Funding boost for 41 UK churches and chapels

A total of 41 churches and chapels in England, Wales, Scotland and Northern Ireland are set to benefit from a £247,205 grants package from the National Churches Trust, the UK church repair and support charity.

Churches being helped include:

  • St Mary’s Church, in Handsworth, Birmingham, known as the ‘Cathedral of the Industrial Revolution' which is associated with several of the men who made the Midlands an industrial powerhouse in the 19th century, including James Watt the steam engine pioneer who is buried in the church. The church receives a £10,000 National Churches Trust Repair Grant to help fund urgent tower repairs.
  • St Helen’s Church, Worcester, where the work will include clearing the gutters and tower of five years' accumulation of bird guano. The church is believed to be the oldest in Worcester, which is now in use by All Saints Church and under their stewardship, is to receive a £10,000 National Churches Trust Repair Grant to help fund stonework repairs and urgent roof repairs which will help remove this Grade II* listed church from the Historic England’s ‘Heritage at Risk’ register.
  • St Peter upon Cornhill, Grade I listed,  one of Sir Christopher Wren’s City of London churches, rebuilt after the Great Fire of London between 1677 and 1684. It is one of the few City churches to have escaped bomb damage during the Blitz. The church receives a £3,000 National Churches Trust Project Development Grant to plan a project to reveal its fascinating heritage to the public.
  • Shrewsbury Abbey, a medieval (11th century) Grade I listed scheduled monument which is now a parish church serving an area including the second most deprived community in Shropshire. Visitors are presently faced with some areas of the outside cordoned off as parts of the Abbey are a potential health and safety hazard. Shrewsbury Abbey receives a £10,000 National Churches Trust Repair Grant to help fund urgent stonework repairs which will help remove the church from the Historic England 'Heritage at Risk' register.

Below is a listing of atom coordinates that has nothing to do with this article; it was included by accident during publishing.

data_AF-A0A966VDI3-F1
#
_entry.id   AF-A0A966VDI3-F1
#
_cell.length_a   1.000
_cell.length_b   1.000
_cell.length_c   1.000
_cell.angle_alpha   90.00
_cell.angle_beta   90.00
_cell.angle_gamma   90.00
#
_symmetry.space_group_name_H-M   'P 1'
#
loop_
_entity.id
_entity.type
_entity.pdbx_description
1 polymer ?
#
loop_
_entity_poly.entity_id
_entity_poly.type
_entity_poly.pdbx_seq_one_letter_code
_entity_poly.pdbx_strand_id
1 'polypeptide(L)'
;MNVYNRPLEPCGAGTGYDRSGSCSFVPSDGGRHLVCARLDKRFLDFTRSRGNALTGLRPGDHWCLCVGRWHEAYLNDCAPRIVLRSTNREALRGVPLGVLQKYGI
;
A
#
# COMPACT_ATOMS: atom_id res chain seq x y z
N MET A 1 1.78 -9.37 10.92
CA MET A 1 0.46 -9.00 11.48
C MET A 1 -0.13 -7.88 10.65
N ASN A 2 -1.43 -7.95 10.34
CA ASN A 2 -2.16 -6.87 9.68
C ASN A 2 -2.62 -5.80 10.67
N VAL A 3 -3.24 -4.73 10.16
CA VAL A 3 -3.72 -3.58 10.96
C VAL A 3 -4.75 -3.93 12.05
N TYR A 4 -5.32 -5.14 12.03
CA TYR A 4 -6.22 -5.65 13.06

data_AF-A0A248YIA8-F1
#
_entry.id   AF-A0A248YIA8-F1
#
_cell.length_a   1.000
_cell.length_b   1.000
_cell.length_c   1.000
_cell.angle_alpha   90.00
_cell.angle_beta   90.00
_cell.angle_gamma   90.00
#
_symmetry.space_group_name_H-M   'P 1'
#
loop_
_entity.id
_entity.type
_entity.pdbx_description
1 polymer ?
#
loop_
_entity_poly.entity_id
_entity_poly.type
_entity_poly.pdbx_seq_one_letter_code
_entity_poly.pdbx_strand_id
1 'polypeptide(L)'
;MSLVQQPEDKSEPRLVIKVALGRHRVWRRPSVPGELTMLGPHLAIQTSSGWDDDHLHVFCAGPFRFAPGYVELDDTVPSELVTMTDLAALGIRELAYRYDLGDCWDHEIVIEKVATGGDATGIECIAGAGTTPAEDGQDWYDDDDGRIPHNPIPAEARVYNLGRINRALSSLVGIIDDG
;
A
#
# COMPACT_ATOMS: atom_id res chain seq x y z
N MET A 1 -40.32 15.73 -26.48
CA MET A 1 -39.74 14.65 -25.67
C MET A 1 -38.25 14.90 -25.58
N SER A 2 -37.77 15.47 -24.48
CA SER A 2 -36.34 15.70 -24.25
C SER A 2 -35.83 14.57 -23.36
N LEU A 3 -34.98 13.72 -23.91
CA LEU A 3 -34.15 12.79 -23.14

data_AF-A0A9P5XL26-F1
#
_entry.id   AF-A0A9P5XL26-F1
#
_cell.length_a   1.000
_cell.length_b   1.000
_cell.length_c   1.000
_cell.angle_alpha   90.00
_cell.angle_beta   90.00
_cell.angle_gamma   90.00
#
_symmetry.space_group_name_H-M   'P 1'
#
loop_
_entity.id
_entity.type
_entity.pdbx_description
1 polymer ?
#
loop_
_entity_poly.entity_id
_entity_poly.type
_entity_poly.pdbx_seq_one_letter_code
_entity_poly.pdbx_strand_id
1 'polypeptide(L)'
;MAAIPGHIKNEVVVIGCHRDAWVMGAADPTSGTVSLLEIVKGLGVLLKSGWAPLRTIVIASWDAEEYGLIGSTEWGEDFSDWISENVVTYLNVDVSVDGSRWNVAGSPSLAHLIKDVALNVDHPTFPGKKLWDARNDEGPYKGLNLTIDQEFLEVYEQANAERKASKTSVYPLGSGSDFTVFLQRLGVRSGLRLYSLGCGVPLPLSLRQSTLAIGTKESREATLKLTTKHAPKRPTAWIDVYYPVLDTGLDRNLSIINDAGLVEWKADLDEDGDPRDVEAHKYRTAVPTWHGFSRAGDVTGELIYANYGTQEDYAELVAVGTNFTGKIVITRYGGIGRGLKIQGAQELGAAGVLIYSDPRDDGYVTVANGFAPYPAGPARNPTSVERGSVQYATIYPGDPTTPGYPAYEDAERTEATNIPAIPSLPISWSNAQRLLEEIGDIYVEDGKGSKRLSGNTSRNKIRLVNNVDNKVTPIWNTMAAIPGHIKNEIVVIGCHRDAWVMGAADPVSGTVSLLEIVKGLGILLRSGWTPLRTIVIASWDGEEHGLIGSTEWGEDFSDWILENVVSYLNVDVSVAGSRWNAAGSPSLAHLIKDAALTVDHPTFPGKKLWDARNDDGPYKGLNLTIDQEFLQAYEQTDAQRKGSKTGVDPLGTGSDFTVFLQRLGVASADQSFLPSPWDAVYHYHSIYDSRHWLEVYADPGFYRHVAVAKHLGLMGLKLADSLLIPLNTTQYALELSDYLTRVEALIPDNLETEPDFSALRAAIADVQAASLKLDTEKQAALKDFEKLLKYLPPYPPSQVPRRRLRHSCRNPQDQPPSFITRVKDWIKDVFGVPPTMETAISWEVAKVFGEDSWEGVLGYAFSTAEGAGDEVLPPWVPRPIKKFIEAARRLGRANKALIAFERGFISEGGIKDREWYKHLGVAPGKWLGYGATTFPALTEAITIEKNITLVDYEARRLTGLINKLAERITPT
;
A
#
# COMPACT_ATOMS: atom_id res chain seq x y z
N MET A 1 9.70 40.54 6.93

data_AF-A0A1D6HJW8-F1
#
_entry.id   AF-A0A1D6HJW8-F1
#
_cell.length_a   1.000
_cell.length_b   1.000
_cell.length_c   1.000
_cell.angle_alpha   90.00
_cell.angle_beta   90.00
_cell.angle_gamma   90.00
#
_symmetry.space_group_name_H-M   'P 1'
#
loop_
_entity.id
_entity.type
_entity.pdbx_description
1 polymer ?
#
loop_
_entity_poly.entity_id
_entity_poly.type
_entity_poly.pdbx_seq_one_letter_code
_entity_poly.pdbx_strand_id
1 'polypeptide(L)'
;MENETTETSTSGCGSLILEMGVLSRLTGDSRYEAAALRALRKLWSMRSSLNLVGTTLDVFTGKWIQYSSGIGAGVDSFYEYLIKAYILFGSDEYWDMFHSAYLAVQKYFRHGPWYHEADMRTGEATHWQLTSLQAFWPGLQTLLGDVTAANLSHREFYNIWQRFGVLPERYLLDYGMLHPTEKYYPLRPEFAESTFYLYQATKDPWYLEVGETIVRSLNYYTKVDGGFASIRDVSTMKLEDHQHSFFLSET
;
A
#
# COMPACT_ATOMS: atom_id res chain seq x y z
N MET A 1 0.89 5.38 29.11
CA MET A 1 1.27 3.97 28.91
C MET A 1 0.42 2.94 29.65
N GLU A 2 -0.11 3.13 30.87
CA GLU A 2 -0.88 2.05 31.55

• St Thomas the Martyr, a well known landmark in Newcastle upon Tyne, thanks to its distinctive hollow spire. It is sometimes known as ‘the black church’ because of the discolouration of its stone. When the clock broke a few years ago, local people blamed the church for being late to work as they depended on it! The church is to receive a £20,000 National Churches Trust Community Grant to help fund the installation of toilets in order to increase community use of the building. Together with separately funded repairs, the project will help remove this Grade II* listed church from the Historic England ‘Heritage at Risk’ register.

Broadcaster and Journalist Huw Edwards, Vice-President of the National Churches Trust said: “I’m delighted that the future of 41 churches and chapels is being secured with the help of National Churches Trust grants to help fund urgent repairs, install much needed community facilities and to carry out essential maintenance.

“According to a recent ComRes opinion poll*, more than four in five Britons (83%) agree that the UK’s churches, chapels and meeting houses are an important part of the UK’s heritage and history.

“Churches and chapels are at heart of our cities, towns and villages. In good repair they can continue to play a vital role in the life and well-being of people for many, many years to come.”

The latest round of grants from the National Churches Trust consists of 19 Maintenance Grants, 15 Repair Grants, six Community Grants and one Project Development Grant.

*ComRes interviewed 2,048 GB adults online for the National Churches Trust between the 15th and 18th December 2016. Data were weighted by gender, age, region and socio-economic grade to be representative of all adults in Great Britain aged 18+. ComRes is a member of the British Polling Council and abides by its rules. Full data tables are available at

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